Sous Vide Time and Temperature Charts

Welcome to the Amazing Food Made Easy sous vide time and temperature charts. To view the recommended cooking suggestions for an item just select it from the menu below. You can also view all the sous vide time and temperatures.

What Would You Like to Sous Vide?

How to Sous Vide Lamb

Lamb works really well with sous vide. From perfectly cooked rack of lamb to super tender osso buco, there are a myrid of uses.

Note: You can jump directly to the sous vide lamb time and tempertaures.

Sous vide rack lamb over h

Depending on the cut of lamb you are cooking there are several different time and temperatures you might want to use. I share my recommendentaions for the majority of cuts below and you should be able to use them as a start to develop your own sous vide favorites.

Note: For a much more detailed look at cooking lamb, I highly recommend reading my article on How to Sous Vide Lamb and Red Meat.

Most of the cuts below can have a few different options including "Steak-Like", "Tender Steak" and up to three braising entries.

Steak-Like

Following the "Steak-Like" entry will result in a final dish that has the texture and doneness of a good steak, like a lamb tenderloin or lamb chop. My go-to temperatures are 125°F (51.6°C) for rare, 131°F (55°C) for medium rare and 140°F (60°C) for medium. Once you've tried it a few times you can easily tweak the temperature for other sous vide cooks to achieve the doneness you want.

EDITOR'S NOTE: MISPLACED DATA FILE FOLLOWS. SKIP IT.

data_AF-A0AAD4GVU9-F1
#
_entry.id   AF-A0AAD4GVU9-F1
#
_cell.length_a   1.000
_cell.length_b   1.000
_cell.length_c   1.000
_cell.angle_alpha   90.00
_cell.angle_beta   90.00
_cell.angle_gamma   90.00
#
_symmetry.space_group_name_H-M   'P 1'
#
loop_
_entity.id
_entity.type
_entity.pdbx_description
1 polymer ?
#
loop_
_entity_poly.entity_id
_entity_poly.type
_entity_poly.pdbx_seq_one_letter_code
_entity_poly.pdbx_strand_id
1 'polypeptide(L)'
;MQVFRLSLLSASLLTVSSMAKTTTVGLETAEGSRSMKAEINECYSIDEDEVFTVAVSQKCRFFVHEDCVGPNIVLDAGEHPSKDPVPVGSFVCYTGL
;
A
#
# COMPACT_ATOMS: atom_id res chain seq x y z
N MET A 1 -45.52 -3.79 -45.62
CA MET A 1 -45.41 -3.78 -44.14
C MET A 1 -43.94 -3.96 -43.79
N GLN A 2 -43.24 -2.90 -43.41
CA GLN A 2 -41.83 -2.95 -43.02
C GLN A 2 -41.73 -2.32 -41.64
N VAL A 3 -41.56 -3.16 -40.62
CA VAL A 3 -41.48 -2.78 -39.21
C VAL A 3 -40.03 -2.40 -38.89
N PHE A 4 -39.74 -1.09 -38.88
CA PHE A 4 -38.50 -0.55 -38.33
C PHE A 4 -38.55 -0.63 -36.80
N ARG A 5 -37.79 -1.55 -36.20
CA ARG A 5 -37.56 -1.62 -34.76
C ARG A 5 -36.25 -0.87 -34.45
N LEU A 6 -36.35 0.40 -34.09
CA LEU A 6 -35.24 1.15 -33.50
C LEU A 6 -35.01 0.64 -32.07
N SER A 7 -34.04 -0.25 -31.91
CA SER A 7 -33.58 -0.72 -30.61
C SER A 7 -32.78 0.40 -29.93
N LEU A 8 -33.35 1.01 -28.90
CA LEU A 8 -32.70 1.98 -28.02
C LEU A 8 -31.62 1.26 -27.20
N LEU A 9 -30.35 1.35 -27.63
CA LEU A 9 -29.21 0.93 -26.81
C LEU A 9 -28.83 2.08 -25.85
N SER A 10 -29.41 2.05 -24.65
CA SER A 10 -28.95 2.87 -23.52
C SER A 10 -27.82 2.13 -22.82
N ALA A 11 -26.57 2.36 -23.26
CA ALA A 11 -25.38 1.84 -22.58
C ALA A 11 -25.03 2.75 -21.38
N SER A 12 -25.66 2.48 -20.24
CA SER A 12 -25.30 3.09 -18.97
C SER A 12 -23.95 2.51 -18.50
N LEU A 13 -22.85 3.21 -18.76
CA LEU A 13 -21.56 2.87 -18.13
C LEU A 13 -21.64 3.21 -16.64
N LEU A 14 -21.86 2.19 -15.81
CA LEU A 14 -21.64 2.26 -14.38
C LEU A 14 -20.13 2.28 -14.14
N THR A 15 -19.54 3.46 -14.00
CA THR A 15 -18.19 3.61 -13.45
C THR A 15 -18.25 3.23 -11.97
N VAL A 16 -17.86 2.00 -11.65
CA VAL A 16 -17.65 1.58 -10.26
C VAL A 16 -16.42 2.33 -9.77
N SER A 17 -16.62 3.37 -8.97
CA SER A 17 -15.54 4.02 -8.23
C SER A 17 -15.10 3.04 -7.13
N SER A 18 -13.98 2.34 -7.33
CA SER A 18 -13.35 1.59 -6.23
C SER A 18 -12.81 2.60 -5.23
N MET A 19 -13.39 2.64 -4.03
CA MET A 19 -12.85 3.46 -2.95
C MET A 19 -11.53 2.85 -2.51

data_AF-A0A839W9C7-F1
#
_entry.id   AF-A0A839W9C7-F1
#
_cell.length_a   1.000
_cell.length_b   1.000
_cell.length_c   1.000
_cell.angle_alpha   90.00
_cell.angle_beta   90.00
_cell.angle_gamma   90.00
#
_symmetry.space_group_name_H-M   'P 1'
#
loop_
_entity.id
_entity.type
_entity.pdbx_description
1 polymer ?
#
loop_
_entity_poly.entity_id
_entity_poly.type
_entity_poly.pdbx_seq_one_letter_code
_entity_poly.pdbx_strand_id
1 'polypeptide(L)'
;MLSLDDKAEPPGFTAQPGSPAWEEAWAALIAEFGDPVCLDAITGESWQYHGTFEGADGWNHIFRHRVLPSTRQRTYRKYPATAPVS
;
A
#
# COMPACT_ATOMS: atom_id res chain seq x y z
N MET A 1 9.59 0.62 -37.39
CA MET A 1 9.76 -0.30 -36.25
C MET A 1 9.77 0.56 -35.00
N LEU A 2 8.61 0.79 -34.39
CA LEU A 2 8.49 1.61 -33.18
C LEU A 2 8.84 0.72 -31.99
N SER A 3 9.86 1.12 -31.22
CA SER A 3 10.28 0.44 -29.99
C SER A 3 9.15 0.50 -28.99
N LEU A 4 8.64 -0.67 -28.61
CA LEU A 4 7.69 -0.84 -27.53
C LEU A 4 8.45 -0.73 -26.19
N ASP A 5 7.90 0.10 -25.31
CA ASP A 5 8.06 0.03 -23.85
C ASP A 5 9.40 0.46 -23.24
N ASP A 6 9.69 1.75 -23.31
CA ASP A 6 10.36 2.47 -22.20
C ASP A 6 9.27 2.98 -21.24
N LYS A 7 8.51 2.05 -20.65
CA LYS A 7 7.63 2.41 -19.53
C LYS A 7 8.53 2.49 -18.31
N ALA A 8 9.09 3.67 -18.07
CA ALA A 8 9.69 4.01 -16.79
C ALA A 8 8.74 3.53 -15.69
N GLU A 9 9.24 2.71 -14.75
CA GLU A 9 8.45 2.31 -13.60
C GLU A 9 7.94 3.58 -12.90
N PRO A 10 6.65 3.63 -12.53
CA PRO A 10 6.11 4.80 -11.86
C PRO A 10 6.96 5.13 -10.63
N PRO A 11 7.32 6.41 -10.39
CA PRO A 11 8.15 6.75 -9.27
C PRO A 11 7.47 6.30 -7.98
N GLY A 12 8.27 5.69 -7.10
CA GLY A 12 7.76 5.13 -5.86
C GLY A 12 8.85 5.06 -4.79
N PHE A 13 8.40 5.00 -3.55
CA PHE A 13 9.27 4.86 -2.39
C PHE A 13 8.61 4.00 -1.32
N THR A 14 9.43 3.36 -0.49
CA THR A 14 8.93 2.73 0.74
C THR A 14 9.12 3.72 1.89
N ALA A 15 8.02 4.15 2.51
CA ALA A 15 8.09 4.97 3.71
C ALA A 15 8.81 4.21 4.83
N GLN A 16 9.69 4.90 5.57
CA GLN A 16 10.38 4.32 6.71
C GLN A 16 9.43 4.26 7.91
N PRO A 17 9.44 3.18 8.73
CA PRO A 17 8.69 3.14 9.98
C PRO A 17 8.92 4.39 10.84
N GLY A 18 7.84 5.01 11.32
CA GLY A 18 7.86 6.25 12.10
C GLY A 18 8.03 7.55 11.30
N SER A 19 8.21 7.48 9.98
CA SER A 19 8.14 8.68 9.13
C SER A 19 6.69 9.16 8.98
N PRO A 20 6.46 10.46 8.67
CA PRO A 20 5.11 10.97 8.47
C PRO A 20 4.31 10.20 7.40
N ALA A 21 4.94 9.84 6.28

• Sous Vide Lamb Doneness Temperatures
  • Rare: 120°F to 129°F (49°C to 53.8°C)
  • Medium Rare: 130°F to 139°F (54.4°C to 59.4°C)
  • Medium: 140°F to 145°F (60°C to 62.8°C)
  • Well Done: Above 145°F (62.8°C)

Warning: If you drop the temperature much below 130°F (54.4°C) you are in the danger zone, not killing any pathogens, and shouldn't cook the food for more than a few hours.

For the timing, you usually will be given a specific range that I've found to work well for that cut, such as "2 to 4 hours", or "1 to 2 days". For more information about the range, you should read my article Sous Vide Time Range Explained.

Other timing options are "Time by Thickness" or "Pasteurize by Thickness", which indicates that this cut doesn't need tenderization, it only needs to be heated through and/or pasteurized. You can follow the charts on the Sous Vide Cooking Times by Thickness for the specific times. I've used "Pasteurize by Thickness" for entries that are almost always pasteurized, but many people also pasteurize the majority of their meat to be on the safe side.